author = "HY Wang and Huiru Zheng and Maurice Mulvenna",
year = "2015",
month = "10",
day = "16",
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booktitle = "Unknown Host Publication",

}

Wang, HY, Zheng, H & Mulvenna, M 2015, Monitoring and Analysis of Sleep Patterns of People with Dementia. in Unknown Host Publication. International Psychogeriatric Association (IPA) International Annual Congress, 16/10/15.

Monitoring and Analysis of Sleep Patterns of People with Dementia. / Wang, HY; Zheng, Huiru; Mulvenna, Maurice.

Unknown Host Publication. 2015.

Research output: Chapter in Book/Report/Conference proceedingConference contribution

TY - GEN

T1 - Monitoring and Analysis of Sleep Patterns of People with Dementia

AU - Wang, HY

AU - Zheng, Huiru

AU - Mulvenna, Maurice

PY - 2015/10/16

Y1 - 2015/10/16

N2 - The quantity and quality of sleep has a direct impact on the quality of life for people with dementia and their carers. Many research questions remain to be explored: (1) How to monitor and assess the quantity and quality of sleep objectively and ubiquitously? (2) How does sleep pattern change over the course of various disease types? (3) What variables should be used to assess sleep patterns? (4) What feedback format can be used in telecare service? And (5) What support can be provided to ameliorate sleep disturbances suffered by people with dementia?The main interest to telecare service is to monitoring shifts in sleep patterns and to flag the unusual patterns, so as to observe the changes of clients’ health condition. In this study we examine three types of sleep information: quantity, quality, and rhythm. The bed sensor and the PIR sensors are triggered by the events in seconds. Events such as turning over in bed could trigger the bed sensor and the bedroom PIR sensor. To remove this type of short time trigger and extract the in-bed and out-of-bed events, various rules were applied. Visual feedback is one of the key issues in telecare systems, as telecare staff and the clients’ carers may be novice ICT users. A total of n=8 individual participants with dementia completed the 3 month final evaluation phase of the project with fully deployed systems. The different sleep patterns observed between the clients are consistent with the clinical observation that most people with dementia suffer sleep disturbance, have more sleep episodes and lower sleep quality. It is feasible to detect unusual sleep patterns and monitor the trend of the changes. This system could also be used to provide information for the prevention of the risks of other mental health issues that might be triggered by the sleep disorder.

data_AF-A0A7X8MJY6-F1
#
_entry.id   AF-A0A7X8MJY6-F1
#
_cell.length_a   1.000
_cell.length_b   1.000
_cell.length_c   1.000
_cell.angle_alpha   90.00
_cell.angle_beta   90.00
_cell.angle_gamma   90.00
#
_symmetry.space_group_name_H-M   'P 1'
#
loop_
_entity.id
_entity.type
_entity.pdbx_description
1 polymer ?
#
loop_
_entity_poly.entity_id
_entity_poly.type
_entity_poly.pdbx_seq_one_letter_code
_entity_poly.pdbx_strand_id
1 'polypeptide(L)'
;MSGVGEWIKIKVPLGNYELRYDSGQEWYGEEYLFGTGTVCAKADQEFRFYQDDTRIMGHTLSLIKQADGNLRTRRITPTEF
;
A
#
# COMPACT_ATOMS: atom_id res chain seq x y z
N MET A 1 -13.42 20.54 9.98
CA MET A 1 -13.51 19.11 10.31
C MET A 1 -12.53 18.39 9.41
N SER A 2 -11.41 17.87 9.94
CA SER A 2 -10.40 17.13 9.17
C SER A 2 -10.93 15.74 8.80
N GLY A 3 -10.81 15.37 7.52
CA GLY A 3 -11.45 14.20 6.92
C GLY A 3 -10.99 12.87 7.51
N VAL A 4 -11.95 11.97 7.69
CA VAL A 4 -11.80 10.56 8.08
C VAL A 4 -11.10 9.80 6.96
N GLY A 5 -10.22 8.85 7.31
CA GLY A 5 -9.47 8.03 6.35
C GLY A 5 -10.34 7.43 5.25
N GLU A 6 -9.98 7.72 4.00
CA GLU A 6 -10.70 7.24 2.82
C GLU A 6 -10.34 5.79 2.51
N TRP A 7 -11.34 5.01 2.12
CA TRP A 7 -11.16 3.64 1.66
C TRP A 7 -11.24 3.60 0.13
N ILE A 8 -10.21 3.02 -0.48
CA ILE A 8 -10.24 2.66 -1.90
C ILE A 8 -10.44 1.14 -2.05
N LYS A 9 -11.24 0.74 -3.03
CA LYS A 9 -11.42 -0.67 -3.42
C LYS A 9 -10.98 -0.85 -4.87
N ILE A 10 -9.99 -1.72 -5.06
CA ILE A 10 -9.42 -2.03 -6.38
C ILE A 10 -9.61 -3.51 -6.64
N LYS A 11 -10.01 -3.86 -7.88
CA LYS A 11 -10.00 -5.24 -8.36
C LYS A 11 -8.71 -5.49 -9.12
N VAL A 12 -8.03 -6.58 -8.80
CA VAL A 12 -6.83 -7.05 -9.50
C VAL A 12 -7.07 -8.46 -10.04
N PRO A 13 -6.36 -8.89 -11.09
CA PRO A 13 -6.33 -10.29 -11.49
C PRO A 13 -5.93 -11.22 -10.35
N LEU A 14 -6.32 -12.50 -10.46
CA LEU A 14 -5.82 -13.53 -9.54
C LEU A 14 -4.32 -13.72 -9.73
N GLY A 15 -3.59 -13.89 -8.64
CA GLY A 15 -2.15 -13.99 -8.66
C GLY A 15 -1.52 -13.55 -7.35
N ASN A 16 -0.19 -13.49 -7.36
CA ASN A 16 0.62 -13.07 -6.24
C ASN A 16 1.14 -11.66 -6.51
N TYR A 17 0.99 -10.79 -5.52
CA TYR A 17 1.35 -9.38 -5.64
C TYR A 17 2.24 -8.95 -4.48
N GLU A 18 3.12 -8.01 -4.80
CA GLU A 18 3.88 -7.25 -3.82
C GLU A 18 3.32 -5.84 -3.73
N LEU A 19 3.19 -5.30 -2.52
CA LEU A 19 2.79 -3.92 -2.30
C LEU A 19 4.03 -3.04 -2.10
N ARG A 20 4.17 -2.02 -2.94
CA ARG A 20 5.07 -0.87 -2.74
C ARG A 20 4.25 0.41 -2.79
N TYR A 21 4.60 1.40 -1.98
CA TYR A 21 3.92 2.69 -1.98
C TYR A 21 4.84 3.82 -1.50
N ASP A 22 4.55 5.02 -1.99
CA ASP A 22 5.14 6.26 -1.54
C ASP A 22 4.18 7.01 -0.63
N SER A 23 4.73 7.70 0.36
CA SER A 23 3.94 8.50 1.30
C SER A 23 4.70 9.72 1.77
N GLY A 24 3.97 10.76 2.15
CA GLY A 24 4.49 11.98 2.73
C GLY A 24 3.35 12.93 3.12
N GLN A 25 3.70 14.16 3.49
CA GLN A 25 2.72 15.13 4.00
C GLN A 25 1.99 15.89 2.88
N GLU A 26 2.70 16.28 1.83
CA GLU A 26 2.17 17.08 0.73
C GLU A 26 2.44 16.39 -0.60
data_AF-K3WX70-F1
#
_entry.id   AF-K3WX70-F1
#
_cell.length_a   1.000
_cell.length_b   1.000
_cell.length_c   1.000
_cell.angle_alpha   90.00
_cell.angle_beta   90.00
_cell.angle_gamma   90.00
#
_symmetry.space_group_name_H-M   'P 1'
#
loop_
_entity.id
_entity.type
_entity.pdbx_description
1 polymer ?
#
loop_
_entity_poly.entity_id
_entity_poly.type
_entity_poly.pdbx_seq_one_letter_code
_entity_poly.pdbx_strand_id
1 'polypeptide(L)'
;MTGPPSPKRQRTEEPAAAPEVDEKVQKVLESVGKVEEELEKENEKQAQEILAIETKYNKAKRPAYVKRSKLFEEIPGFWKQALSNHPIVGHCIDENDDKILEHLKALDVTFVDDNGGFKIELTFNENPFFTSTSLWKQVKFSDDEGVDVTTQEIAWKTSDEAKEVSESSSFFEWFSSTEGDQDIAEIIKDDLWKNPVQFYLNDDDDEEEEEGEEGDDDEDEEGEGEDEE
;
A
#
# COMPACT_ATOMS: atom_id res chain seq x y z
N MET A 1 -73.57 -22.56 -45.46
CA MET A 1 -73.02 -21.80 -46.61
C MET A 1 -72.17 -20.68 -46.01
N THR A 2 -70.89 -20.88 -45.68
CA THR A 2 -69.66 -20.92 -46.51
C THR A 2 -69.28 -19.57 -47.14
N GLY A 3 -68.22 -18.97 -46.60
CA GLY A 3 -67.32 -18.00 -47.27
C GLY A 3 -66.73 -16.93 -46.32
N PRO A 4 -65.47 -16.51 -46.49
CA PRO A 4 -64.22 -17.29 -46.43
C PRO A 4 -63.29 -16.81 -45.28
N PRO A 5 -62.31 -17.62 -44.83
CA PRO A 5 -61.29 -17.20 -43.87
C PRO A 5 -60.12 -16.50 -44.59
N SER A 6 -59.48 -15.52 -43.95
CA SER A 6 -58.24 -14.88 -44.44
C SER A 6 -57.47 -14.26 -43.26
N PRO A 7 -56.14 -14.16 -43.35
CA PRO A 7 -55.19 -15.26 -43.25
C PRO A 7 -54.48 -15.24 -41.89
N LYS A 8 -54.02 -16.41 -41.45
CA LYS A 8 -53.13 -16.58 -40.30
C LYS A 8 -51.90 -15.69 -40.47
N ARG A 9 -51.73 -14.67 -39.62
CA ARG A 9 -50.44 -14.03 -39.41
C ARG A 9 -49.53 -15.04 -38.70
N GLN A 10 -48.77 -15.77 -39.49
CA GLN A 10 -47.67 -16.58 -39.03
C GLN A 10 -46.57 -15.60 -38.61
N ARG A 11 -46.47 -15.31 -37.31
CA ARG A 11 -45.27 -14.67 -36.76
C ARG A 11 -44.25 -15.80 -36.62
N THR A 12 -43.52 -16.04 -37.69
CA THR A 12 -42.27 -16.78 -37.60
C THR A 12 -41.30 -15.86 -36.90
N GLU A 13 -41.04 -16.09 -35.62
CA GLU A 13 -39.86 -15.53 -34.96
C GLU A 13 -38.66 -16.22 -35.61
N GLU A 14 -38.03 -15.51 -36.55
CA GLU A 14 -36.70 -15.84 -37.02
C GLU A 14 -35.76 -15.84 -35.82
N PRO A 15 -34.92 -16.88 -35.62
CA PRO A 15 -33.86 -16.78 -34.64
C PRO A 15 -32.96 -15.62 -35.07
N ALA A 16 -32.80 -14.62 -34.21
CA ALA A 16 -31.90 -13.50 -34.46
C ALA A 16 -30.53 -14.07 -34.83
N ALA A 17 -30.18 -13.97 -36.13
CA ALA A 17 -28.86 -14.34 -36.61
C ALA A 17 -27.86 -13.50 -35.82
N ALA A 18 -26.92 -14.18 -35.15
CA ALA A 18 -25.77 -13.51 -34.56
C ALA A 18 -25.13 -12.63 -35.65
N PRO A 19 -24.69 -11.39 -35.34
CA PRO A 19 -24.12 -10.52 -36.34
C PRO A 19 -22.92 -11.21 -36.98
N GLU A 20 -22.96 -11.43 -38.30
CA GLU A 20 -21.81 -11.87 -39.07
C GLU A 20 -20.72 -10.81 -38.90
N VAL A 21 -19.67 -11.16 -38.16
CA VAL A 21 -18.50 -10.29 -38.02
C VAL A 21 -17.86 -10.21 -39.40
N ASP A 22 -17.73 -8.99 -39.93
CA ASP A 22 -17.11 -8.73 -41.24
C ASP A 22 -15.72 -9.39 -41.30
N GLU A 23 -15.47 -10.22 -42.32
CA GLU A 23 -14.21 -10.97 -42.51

AB - The quantity and quality of sleep has a direct impact on the quality of life for people with dementia and their carers. Many research questions remain to be explored: (1) How to monitor and assess the quantity and quality of sleep objectively and ubiquitously? (2) How does sleep pattern change over the course of various disease types? (3) What variables should be used to assess sleep patterns? (4) What feedback format can be used in telecare service? And (5) What support can be provided to ameliorate sleep disturbances suffered by people with dementia?The main interest to telecare service is to monitoring shifts in sleep patterns and to flag the unusual patterns, so as to observe the changes of clients’ health condition. In this study we examine three types of sleep information: quantity, quality, and rhythm. The bed sensor and the PIR sensors are triggered by the events in seconds. Events such as turning over in bed could trigger the bed sensor and the bedroom PIR sensor. To remove this type of short time trigger and extract the in-bed and out-of-bed events, various rules were applied. Visual feedback is one of the key issues in telecare systems, as telecare staff and the clients’ carers may be novice ICT users. A total of n=8 individual participants with dementia completed the 3 month final evaluation phase of the project with fully deployed systems. The different sleep patterns observed between the clients are consistent with the clinical observation that most people with dementia suffer sleep disturbance, have more sleep episodes and lower sleep quality. It is feasible to detect unusual sleep patterns and monitor the trend of the changes. This system could also be used to provide information for the prevention of the risks of other mental health issues that might be triggered by the sleep disorder.